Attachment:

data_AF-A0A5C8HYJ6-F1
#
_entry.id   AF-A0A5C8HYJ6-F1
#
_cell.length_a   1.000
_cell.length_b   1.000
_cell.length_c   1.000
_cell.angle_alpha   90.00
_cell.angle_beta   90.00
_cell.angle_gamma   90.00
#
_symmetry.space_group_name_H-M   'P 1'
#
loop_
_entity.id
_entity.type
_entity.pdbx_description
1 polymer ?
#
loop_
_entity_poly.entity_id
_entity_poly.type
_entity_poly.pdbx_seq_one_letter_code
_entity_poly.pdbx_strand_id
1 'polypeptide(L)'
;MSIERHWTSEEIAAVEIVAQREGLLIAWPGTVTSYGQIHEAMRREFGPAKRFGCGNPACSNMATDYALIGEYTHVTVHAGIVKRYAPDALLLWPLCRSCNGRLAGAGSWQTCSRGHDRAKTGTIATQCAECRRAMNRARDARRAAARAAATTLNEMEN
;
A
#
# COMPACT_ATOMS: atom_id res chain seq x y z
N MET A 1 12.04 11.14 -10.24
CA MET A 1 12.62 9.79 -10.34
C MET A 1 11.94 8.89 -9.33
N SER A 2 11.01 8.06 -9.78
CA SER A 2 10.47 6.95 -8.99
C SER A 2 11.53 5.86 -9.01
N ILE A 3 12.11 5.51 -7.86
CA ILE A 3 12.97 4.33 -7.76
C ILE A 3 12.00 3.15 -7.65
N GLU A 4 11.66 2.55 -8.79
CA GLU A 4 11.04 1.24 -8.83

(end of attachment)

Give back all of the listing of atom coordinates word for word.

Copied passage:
data_AF-A0A5C8HYJ6-F1
#
_entry.id   AF-A0A5C8HYJ6-F1
#
_cell.length_a   1.000
_cell.length_b   1.000
_cell.length_c   1.000
_cell.angle_alpha   90.00
_cell.angle_beta   90.00
_cell.angle_gamma   90.00
#
_symmetry.space_group_name_H-M   'P 1'
#
loop_
_entity.id
_entity.type
_entity.pdbx_description
1 polymer ?
#
loop_
_entity_poly.entity_id
_entity_poly.type
_entity_poly.pdbx_seq_one_letter_code
_entity_poly.pdbx_strand_id
1 'polypeptide(L)'
;MSIERHWTSEEIAAVEIVAQREGLLIAWPGTVTSYGQIHEAMRREFGPAKRFGCGNPACSNMATDYALIGEYTHVTVHAGIVKRYAPDALLLWPLCRSCNGRLAGAGSWQTCSRGHDRAKTGTIATQCAECRRAMNRARDARRAAARAAATTLNEMEN
;
A
#
# COMPACT_ATOMS: atom_id res chain seq x y z
N MET A 1 12.04 11.14 -10.24
CA MET A 1 12.62 9.79 -10.34
C MET A 1 11.94 8.89 -9.33
N SER A 2 11.01 8.06 -9.78
CA SER A 2 10.47 6.95 -8.99
C SER A 2 11.53 5.86 -9.01
N ILE A 3 12.11 5.51 -7.86
CA ILE A 3 12.97 4.33 -7.76
C ILE A 3 12.00 3.15 -7.65
N GLU A 4 11.66 2.55 -8.79
CA GLU A 4 11.04 1.24 -8.83